Commerce explains that only four countries are affected by the recent module manufacturing rule. Companies that assemble solar modules outside of southeast Asia were categorically excluded from the recent circumvention finding, according to the U.S. Department of Commerce.
The U.S. Department of Commerce clarified on December 19, 2022, that its recent, complex order only applies to businesses that produce solar modules in Cambodia, Malaysia, Thailand, and Vietnam. A memo titled “Clarification of Product Coverage” with reference to Docket Number A-570-979 included the opinion.
All companies based outside of these four nations, including those who employ solar wafers and cells made in China, are subject to the clarification request Maxeon Solar made. The clarification essentially confirms that businesses producing solar panels outside of the four southeast Asian nations were not taken into consideration in the Department of Commerce’s initial decision and are not subject to the anticircumvention judgment.
The opinion was requested, in part, because businesses that were not directly mentioned in the original order or those that did not give the Department of Commerce information necessary for the research were seeking clear explanations of their legal standing. Some businesses that had withheld information had received an “adverse facts” determination, which imposes a very high import tariff that can kill a business.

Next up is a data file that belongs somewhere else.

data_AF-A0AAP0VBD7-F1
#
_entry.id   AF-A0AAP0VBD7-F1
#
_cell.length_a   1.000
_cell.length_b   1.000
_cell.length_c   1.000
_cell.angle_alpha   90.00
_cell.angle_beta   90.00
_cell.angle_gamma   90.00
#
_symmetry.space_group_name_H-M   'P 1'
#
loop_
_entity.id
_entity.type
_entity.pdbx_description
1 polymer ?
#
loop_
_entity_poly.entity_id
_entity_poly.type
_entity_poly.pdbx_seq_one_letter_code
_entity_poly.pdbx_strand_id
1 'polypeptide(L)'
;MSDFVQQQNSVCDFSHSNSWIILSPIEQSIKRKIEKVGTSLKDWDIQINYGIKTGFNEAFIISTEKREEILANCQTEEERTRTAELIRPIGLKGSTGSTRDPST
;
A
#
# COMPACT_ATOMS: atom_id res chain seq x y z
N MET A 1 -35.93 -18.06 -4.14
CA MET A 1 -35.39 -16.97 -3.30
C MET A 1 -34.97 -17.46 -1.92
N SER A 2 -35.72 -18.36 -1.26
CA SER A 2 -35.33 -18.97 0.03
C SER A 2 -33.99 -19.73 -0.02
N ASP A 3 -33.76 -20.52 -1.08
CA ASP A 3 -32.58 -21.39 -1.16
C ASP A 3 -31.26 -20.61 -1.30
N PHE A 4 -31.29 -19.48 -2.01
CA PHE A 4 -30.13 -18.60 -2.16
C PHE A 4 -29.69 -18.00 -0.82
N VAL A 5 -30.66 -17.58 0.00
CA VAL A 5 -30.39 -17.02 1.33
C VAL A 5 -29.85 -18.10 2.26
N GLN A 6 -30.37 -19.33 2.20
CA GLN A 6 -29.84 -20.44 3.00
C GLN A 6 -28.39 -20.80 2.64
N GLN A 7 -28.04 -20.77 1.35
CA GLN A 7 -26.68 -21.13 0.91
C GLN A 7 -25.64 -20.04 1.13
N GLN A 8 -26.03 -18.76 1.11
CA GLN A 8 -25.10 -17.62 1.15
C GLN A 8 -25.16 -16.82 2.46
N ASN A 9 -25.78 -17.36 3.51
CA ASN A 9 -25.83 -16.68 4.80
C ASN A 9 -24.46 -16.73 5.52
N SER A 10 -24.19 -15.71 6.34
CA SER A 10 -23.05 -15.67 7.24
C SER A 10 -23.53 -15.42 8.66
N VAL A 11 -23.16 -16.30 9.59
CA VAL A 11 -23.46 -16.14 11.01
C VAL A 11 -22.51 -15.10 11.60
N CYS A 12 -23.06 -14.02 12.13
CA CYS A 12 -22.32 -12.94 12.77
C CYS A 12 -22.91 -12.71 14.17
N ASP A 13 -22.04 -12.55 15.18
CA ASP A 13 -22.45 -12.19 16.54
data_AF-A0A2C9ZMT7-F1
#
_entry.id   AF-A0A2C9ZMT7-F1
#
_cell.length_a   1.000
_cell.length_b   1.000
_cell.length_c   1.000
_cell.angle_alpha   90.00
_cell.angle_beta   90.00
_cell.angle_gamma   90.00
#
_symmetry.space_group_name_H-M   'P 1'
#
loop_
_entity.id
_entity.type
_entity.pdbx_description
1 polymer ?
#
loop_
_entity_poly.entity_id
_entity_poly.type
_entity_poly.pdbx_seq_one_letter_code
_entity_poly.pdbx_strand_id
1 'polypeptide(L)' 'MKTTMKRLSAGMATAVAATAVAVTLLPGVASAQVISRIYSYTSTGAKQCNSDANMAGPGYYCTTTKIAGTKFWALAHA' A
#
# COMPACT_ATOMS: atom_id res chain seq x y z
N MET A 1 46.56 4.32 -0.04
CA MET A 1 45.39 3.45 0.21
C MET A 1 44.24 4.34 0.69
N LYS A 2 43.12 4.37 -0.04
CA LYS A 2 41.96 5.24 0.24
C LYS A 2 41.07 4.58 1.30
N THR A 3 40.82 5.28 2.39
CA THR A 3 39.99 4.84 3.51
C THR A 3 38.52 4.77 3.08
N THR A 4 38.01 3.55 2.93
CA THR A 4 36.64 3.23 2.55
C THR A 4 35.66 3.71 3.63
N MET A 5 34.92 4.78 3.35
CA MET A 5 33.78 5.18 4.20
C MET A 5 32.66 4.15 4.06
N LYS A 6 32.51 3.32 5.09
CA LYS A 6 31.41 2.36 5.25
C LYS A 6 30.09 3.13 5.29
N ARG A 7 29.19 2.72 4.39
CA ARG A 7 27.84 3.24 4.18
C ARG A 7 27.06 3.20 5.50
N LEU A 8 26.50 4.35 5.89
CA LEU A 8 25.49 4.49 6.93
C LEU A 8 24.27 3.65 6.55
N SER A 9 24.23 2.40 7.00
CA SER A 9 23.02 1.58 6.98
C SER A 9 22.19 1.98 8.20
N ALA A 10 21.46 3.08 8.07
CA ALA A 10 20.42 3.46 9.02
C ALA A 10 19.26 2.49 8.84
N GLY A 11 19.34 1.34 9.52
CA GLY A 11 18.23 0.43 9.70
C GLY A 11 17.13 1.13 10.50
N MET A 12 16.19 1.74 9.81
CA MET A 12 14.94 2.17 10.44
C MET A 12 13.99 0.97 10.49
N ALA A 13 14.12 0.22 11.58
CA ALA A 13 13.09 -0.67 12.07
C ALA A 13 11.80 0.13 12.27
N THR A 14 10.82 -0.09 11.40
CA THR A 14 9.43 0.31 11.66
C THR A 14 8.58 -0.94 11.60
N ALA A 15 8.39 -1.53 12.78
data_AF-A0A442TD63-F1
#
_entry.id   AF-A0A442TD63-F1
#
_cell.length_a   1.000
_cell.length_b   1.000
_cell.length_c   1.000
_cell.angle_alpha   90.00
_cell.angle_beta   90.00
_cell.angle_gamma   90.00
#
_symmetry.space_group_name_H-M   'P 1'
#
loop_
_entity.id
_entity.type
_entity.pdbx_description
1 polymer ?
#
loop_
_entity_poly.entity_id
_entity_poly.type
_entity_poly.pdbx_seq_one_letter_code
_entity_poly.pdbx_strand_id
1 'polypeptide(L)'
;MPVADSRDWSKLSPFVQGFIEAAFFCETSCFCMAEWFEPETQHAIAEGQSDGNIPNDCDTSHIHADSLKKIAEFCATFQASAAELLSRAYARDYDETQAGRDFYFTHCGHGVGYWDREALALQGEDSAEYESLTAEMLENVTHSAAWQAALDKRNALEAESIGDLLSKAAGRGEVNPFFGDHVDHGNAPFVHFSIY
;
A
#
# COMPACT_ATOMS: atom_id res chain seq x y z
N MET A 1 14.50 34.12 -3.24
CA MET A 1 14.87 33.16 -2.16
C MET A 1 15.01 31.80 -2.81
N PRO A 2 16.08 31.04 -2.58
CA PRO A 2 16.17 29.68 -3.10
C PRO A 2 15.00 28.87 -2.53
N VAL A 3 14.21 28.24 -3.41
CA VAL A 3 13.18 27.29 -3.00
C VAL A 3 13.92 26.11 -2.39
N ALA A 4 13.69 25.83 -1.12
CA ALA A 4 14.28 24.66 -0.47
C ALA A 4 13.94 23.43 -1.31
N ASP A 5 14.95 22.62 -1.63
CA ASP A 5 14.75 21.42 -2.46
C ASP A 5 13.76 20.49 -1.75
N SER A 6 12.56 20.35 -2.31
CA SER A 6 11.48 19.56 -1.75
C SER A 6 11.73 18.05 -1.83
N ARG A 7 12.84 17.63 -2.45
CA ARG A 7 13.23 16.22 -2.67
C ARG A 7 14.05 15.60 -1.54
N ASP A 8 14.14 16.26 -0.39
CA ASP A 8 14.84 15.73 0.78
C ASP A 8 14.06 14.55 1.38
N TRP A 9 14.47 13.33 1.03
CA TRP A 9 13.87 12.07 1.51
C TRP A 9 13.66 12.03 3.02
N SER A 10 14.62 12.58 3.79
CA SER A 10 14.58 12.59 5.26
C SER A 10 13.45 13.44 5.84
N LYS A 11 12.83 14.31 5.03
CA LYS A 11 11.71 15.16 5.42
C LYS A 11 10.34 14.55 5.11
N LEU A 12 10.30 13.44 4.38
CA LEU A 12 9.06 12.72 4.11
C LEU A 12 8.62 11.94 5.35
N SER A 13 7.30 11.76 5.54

A publicly traded firm, Maxeon has locations all around the world. They now produce panels in Mexico and have announced additional US capacity. They just secured a contract to supply the Gemini Solar Project with roughly 1 GW of modules.
The Department of Commerce reaffirmed their initial decision, stating: “These circumvention inquiries cover specific solar cells and modules that have been produced in Cambodia, Malaysia, Thailand, or Vietnam using parts and components from China, as specified below, and are then exported from Cambodia, Malaysia, Thailand, or Vietnam to the United States (inquiry merchandise).”
This restriction is especially targeted at solar modules made in these four nations, according to the paper. The Department of Commerce points out that all solar cells made from Chinese solar wafers are included in the earlier, more comprehensive lawsuit from 2012. That situation is still active.
Since the Department of Commerce’s initial ruling was so explicit, one may have anticipated that its clarification would be cautious.
A new non-tariffed product class may now be imported thanks to a change in the department’s policy on subcomponents. This new class presumably consists of modules constructed using solar cells made in China and put together from at least three subcomponents made in countries other than China. Silver paste, aluminum frames, glass, backsheets, ethylene vinyl acetate sheets, and junction boxes are among the list of subcomponents.